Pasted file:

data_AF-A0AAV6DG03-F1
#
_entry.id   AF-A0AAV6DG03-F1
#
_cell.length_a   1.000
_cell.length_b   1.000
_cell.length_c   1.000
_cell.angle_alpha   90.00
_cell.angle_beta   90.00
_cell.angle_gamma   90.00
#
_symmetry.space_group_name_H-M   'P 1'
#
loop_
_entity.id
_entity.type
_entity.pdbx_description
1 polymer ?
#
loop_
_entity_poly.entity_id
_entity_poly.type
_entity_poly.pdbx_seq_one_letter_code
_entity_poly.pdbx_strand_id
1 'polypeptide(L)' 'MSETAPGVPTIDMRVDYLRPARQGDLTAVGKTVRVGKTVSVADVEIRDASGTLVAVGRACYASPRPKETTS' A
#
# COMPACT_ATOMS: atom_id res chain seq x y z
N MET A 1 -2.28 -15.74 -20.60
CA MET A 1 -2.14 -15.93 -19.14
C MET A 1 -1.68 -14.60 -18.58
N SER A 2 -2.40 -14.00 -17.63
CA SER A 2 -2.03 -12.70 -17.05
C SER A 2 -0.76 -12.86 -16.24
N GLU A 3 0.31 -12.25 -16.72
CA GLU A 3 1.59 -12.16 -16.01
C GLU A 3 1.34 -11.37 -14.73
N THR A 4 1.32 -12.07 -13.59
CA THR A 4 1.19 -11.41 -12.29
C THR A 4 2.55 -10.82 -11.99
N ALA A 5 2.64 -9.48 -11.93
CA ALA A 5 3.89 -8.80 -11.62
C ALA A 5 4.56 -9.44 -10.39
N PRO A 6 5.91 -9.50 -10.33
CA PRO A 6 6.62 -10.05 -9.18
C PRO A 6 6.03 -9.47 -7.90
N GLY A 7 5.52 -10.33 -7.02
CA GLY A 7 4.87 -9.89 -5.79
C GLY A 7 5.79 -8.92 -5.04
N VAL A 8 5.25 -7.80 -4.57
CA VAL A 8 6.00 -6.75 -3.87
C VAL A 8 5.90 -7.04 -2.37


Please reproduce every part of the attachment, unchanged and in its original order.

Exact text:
data_AF-A0AAV6DG03-F1
#
_entry.id   AF-A0AAV6DG03-F1
#
_cell.length_a   1.000
_cell.length_b   1.000
_cell.length_c   1.000
_cell.angle_alpha   90.00
_cell.angle_beta   90.00
_cell.angle_gamma   90.00
#
_symmetry.space_group_name_H-M   'P 1'
#
loop_
_entity.id
_entity.type
_entity.pdbx_description
1 polymer ?
#
loop_
_entity_poly.entity_id
_entity_poly.type
_entity_poly.pdbx_seq_one_letter_code
_entity_poly.pdbx_strand_id
1 'polypeptide(L)' 'MSETAPGVPTIDMRVDYLRPARQGDLTAVGKTVRVGKTVSVADVEIRDASGTLVAVGRACYASPRPKETTS' A
#
# COMPACT_ATOMS: atom_id res chain seq x y z
N MET A 1 -2.28 -15.74 -20.60
CA MET A 1 -2.14 -15.93 -19.14
C MET A 1 -1.68 -14.60 -18.58
N SER A 2 -2.40 -14.00 -17.63
CA SER A 2 -2.03 -12.70 -17.05
C SER A 2 -0.76 -12.86 -16.24
N GLU A 3 0.31 -12.25 -16.72
CA GLU A 3 1.59 -12.16 -16.01
C GLU A 3 1.34 -11.37 -14.73
N THR A 4 1.32 -12.07 -13.59
CA THR A 4 1.19 -11.41 -12.29
C THR A 4 2.55 -10.82 -11.99
N ALA A 5 2.64 -9.48 -11.93
CA ALA A 5 3.89 -8.80 -11.62
C ALA A 5 4.56 -9.44 -10.39
N PRO A 6 5.91 -9.50 -10.33
CA PRO A 6 6.62 -10.05 -9.18
C PRO A 6 6.03 -9.47 -7.90
N GLY A 7 5.52 -10.33 -7.02
CA GLY A 7 4.87 -9.89 -5.79
C GLY A 7 5.79 -8.92 -5.04
N VAL A 8 5.25 -7.80 -4.57
CA VAL A 8 6.00 -6.75 -3.87
C VAL A 8 5.90 -7.04 -2.37